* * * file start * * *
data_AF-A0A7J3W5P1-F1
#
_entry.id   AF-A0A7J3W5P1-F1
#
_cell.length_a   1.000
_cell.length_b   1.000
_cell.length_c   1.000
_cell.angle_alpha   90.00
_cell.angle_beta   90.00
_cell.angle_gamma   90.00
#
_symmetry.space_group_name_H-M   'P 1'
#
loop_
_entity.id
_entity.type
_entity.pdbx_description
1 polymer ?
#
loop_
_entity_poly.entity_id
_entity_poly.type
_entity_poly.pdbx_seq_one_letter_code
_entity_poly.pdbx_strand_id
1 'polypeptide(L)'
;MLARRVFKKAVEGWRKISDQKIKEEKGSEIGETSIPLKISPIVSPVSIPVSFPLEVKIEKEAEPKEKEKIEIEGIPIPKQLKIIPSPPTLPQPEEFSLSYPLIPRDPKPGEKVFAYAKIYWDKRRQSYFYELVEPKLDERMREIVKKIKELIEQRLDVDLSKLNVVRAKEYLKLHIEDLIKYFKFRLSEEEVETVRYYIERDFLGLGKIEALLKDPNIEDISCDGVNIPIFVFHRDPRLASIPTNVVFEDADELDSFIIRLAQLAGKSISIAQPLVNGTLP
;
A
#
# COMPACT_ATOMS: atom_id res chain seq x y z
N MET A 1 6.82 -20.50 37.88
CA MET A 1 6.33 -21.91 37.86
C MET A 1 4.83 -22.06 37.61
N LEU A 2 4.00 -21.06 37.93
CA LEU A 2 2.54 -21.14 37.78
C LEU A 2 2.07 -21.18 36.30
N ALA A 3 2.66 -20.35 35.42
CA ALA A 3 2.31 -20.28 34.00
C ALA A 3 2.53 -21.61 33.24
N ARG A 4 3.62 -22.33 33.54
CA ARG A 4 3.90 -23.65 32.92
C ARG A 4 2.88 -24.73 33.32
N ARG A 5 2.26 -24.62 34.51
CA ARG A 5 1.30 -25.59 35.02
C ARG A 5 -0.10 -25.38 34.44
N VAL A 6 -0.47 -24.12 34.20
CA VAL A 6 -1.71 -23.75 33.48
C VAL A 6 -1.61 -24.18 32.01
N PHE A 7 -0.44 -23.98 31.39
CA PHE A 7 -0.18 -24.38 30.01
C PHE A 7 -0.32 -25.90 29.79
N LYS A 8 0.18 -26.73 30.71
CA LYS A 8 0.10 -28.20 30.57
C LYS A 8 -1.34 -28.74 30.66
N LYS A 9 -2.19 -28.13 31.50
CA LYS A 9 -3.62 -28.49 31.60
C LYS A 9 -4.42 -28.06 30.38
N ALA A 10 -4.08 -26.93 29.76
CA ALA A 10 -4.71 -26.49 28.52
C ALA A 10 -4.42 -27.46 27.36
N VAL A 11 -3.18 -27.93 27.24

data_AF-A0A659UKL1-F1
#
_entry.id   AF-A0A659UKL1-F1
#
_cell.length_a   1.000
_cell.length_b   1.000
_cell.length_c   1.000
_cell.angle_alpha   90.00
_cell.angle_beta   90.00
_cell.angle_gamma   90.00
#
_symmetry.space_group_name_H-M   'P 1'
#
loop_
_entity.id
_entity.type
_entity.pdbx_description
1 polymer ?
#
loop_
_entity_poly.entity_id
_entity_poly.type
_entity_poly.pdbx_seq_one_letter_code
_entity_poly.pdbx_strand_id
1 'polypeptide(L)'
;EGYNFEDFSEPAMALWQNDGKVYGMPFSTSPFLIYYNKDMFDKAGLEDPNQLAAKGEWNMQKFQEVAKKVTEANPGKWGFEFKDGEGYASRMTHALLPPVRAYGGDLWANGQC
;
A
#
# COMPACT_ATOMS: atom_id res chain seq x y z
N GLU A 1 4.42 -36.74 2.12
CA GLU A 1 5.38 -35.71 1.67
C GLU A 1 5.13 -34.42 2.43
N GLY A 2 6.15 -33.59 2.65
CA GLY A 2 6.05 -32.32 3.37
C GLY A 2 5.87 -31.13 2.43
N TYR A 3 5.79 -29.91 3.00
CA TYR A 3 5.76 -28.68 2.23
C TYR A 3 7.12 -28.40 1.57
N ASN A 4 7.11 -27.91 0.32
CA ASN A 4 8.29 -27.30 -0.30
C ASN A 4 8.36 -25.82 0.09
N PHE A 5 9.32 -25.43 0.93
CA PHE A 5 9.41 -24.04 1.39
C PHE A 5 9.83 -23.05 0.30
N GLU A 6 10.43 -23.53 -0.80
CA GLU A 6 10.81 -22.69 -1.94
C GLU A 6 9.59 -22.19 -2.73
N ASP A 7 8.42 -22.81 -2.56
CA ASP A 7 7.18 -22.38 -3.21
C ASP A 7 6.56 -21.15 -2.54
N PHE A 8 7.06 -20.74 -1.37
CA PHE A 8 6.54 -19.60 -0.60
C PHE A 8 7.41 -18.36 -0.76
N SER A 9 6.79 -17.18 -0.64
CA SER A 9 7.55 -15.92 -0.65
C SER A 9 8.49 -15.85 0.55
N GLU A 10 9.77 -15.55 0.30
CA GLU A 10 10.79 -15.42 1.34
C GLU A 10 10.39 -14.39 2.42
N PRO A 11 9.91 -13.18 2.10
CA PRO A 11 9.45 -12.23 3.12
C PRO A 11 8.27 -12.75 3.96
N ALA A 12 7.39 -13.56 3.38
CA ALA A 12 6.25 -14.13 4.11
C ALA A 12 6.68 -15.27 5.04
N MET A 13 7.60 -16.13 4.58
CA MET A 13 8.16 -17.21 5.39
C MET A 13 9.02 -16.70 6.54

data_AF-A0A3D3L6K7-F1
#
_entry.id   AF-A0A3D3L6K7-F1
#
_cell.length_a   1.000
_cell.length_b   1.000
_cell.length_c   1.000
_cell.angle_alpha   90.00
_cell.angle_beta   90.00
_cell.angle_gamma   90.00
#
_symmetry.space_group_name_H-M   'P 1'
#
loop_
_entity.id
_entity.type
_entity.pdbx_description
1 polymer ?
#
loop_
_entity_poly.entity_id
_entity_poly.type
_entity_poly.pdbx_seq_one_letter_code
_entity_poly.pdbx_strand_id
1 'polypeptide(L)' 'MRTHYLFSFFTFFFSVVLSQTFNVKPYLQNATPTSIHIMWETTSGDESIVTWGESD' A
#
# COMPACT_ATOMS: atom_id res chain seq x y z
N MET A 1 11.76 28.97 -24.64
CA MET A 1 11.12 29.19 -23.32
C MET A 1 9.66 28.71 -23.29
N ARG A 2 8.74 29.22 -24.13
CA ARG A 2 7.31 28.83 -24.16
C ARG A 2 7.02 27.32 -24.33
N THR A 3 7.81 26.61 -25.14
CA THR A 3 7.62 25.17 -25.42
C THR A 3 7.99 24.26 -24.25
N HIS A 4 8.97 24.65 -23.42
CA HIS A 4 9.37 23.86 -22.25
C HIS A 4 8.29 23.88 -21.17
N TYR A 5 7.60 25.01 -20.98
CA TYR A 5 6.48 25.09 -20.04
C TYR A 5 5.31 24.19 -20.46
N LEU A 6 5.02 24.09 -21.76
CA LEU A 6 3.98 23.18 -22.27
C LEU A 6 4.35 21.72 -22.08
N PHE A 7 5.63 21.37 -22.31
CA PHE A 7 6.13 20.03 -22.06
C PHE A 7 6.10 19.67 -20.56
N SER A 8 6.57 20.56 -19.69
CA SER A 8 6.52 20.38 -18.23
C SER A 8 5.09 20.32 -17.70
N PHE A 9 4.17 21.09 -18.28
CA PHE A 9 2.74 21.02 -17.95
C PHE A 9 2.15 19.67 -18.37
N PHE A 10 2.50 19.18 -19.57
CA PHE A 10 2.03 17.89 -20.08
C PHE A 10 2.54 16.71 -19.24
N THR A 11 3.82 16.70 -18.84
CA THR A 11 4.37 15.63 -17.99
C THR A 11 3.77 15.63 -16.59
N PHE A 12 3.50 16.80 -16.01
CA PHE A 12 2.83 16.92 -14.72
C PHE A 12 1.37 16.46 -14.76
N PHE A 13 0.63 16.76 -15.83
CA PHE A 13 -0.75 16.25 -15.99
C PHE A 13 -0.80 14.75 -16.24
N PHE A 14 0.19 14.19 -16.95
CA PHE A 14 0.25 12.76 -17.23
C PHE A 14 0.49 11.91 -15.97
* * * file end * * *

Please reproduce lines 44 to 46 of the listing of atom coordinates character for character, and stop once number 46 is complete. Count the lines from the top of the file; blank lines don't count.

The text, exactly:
CA ARG A 5 1.30 -25.59 35.02
C ARG A 5 -0.10 -25.38 34.44
N VAL A 6 -0.47 -24.12 34.20